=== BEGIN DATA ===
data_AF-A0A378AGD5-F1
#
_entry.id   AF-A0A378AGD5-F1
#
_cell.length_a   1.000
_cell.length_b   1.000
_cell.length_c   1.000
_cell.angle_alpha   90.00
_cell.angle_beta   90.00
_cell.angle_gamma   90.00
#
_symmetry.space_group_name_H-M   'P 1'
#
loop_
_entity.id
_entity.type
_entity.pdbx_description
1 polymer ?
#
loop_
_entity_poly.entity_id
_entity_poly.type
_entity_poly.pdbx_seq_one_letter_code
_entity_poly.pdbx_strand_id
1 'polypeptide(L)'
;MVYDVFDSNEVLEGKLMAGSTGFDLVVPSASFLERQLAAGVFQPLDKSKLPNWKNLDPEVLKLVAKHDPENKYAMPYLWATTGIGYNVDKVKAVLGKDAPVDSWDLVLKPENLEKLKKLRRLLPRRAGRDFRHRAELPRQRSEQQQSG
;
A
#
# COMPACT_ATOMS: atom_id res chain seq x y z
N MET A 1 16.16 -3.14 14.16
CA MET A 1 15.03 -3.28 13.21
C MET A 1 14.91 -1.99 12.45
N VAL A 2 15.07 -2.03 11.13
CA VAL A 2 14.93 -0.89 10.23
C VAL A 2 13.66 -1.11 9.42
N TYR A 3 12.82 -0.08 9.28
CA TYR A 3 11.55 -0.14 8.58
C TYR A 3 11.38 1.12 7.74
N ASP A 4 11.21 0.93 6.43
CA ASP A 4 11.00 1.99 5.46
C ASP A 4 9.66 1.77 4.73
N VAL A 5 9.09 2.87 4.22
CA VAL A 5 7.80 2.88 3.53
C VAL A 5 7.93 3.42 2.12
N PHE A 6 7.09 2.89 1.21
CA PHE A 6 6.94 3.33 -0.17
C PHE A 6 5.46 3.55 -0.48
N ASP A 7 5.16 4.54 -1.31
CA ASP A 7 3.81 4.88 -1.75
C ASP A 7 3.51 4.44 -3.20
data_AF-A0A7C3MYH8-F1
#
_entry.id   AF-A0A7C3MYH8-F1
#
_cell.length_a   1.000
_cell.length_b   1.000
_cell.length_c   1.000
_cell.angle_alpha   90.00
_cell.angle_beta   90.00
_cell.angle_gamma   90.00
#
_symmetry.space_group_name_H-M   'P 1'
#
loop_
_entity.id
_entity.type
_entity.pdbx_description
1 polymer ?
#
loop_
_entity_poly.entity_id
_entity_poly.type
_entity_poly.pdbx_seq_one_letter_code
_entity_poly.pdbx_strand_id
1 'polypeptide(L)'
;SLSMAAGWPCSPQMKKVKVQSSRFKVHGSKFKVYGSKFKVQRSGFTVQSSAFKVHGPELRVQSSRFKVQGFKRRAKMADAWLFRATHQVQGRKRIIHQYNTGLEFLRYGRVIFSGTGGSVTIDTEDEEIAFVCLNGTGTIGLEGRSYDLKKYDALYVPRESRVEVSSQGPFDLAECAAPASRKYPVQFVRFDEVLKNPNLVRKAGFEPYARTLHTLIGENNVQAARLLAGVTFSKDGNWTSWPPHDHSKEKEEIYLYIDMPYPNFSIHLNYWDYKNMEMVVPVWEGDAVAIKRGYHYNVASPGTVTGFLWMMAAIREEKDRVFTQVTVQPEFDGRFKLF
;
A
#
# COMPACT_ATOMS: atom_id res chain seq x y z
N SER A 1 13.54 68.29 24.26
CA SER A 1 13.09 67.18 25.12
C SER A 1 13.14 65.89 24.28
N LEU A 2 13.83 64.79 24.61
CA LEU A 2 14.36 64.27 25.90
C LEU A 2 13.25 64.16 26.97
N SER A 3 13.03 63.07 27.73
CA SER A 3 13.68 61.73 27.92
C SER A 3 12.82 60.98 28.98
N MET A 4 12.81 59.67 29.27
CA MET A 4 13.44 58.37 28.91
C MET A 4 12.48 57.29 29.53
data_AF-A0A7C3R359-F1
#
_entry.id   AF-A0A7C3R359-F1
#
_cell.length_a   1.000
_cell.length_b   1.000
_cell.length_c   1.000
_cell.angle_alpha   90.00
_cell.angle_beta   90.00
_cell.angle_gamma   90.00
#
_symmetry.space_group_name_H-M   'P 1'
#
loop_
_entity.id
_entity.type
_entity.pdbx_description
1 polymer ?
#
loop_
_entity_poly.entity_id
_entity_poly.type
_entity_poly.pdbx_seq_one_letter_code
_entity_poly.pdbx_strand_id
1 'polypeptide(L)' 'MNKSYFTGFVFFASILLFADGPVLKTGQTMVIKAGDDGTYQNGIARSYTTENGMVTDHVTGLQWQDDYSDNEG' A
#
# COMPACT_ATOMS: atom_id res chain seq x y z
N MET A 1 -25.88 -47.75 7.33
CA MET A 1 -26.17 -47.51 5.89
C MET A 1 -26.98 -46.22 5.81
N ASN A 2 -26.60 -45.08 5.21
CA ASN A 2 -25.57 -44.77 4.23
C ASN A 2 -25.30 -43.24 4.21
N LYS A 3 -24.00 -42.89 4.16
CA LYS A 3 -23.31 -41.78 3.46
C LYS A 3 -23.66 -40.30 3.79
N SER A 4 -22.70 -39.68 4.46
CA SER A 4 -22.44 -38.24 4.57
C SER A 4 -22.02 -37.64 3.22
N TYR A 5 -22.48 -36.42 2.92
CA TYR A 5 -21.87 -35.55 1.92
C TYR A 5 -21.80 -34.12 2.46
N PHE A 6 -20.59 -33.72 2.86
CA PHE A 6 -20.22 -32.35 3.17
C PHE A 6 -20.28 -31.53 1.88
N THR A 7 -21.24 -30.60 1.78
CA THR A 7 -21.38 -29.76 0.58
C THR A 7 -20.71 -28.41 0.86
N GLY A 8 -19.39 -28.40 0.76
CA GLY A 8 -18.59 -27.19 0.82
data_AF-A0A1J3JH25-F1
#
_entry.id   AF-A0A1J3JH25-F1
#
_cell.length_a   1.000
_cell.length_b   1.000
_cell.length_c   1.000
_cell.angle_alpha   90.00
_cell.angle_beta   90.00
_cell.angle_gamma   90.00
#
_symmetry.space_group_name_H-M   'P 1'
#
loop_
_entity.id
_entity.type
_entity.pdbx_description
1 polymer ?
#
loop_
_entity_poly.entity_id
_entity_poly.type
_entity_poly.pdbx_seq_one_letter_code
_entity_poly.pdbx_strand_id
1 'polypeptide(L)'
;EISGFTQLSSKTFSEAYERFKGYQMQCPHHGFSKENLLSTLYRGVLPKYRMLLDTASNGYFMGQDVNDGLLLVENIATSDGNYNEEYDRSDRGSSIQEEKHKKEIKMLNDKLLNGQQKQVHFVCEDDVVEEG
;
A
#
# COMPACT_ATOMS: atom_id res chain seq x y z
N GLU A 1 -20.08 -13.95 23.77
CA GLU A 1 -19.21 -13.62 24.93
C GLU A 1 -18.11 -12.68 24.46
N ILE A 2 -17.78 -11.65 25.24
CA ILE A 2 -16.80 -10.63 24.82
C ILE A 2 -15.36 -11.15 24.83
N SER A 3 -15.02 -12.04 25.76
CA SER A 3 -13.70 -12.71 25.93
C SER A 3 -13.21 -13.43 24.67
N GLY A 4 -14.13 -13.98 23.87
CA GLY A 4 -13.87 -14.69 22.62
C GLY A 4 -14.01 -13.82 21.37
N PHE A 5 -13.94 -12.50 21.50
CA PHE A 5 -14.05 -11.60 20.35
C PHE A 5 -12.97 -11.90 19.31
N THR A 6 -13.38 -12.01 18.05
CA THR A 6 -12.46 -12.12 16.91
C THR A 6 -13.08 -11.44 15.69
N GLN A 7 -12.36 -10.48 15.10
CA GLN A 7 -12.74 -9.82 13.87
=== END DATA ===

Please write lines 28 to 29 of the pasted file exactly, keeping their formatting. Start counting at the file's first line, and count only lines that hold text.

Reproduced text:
A
#